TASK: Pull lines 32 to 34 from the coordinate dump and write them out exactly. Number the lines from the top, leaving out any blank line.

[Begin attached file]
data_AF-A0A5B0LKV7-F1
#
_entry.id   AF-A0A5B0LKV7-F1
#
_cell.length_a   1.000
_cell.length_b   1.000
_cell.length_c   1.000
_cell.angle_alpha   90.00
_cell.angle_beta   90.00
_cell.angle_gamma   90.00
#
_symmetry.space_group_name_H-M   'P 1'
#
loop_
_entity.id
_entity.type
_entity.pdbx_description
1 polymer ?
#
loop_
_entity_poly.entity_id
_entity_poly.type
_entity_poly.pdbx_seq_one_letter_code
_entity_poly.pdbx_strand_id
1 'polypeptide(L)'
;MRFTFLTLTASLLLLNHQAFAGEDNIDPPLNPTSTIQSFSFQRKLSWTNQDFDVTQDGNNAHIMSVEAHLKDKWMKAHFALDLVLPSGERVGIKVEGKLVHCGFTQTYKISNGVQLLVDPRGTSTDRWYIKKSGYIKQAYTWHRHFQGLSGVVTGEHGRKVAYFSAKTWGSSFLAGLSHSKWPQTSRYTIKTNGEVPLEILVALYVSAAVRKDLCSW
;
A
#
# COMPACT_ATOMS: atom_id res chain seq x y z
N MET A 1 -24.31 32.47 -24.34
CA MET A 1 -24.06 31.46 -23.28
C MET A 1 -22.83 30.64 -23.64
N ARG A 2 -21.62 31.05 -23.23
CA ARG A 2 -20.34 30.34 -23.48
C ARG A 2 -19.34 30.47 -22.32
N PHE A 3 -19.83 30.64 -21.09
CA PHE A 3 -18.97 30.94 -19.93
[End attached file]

CA MET A 1 -24.06 31.46 -23.28
C MET A 1 -22.83 30.64 -23.64
N ARG A 2 -21.62 31.05 -23.23